Retrieved from
De Pree, M. (1989). Leadership is an art. New York, NY: Doubleday
Drucker, P. F. (1990). Managing the nonprofit organization. New
York, NY: HarperCollins.
Drucker, P. F. (1999). Management challenges for the 21st century.
Oxford, England: Butterworth-Heinemann.
Drucker, P. F. (2004). Management: Tasks, responsibilities, practices.
Woburn, MA: Butterworth-Heinemann.
Eberhard, J. (2010). How mGive used texting to raise $40 million
for Haiti. Bnet. Retrieved from–13241_
Egri, C. P., & Ralston, D. A. (2004). Generation cohorts and per-
sonal values: A comparison of China and the U.S. Organization Sci-
ence, 15(2), 210–220.
Espinoza, C., Ukleja, M., & Rusch, C. (2010). Managing Millenni-
als: Discover the core competencies for managing today’s workforce.
Hoboken, NJ: Wiley.
Eisner, S. (2005). Managing Generation Y. S.A.M. Advanced Man-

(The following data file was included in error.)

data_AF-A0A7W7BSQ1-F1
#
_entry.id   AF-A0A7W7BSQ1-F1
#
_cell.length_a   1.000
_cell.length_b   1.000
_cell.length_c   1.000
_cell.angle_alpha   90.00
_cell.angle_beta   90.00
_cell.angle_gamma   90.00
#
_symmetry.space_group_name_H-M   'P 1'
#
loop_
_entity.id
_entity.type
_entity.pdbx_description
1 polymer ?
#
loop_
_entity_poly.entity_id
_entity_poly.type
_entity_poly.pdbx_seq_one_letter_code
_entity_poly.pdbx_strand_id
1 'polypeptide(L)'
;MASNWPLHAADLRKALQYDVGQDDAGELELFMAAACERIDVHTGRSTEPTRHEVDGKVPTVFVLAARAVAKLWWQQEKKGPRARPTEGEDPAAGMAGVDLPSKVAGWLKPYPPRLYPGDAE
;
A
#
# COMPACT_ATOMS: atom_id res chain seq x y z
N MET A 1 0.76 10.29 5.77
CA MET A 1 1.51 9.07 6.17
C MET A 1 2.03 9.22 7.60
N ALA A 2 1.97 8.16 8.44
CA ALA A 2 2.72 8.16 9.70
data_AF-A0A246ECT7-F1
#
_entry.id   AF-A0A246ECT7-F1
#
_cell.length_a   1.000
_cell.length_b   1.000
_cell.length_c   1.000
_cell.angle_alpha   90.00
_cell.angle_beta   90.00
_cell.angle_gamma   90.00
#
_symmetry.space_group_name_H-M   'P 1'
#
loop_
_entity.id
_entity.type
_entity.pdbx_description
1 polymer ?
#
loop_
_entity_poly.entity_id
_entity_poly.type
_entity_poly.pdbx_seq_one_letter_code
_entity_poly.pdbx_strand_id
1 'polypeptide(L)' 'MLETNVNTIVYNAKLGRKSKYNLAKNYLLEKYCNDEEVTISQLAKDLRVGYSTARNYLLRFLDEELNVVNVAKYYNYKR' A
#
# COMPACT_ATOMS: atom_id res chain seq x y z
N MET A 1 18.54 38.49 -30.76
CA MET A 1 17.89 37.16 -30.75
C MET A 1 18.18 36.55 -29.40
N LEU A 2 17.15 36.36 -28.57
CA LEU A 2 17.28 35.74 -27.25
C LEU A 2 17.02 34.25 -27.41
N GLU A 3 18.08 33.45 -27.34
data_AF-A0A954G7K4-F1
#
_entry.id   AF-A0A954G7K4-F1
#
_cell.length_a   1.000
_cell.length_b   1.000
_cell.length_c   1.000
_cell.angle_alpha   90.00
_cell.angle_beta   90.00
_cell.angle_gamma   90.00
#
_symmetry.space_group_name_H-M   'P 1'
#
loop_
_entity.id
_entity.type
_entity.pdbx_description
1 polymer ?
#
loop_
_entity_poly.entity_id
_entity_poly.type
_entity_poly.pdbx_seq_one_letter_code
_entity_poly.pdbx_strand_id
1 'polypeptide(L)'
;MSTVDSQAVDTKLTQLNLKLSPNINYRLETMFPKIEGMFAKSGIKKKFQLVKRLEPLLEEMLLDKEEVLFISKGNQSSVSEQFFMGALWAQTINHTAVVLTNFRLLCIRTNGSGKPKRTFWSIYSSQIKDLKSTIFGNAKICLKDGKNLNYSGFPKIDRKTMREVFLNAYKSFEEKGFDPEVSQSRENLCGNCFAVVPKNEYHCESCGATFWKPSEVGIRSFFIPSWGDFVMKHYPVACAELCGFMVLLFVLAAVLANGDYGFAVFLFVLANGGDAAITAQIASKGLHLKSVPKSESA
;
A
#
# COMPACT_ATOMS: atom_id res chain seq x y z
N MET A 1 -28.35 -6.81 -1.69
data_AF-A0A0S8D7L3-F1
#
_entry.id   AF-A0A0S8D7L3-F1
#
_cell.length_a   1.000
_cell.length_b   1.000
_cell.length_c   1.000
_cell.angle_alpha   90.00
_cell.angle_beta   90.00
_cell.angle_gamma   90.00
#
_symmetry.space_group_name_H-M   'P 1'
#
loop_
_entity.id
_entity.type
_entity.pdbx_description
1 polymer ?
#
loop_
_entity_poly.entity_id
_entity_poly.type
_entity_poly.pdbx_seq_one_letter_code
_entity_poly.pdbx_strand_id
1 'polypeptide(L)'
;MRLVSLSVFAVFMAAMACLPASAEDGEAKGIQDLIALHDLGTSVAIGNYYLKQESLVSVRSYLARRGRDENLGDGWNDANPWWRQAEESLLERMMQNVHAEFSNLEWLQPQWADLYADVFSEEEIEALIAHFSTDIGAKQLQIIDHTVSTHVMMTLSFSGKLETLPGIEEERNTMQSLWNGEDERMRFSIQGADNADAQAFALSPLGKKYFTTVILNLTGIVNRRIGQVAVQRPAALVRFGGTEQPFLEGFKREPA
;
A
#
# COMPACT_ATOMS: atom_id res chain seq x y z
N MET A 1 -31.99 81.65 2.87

agement Journal,70(4). Retrieved from
George, B. (2008). Engaging the Millennials. Huffington Post.
Retrieved from
Graham, J. W. (1995). Leadership, moral development, and citi-
zenship behavior. Business Ethics Quarterly, 5(1), 43–54.
Greenleaf, R. K. (1982). The servant as religious leader. Windy Row,
NH: Windy Row Press.
Gursoy, D., Maierb T. A., & Chic, C. (2008). Generational differ-
ences: An examination of work values and generational gaps in the
hospitality workforce. International Journal of Hospitality Manage-
ment, 27, 448–458.
Hershatter, A., & Epstein, M. (2010). Millennials and the world of
work: An organization and management perspective. Journal of Busi-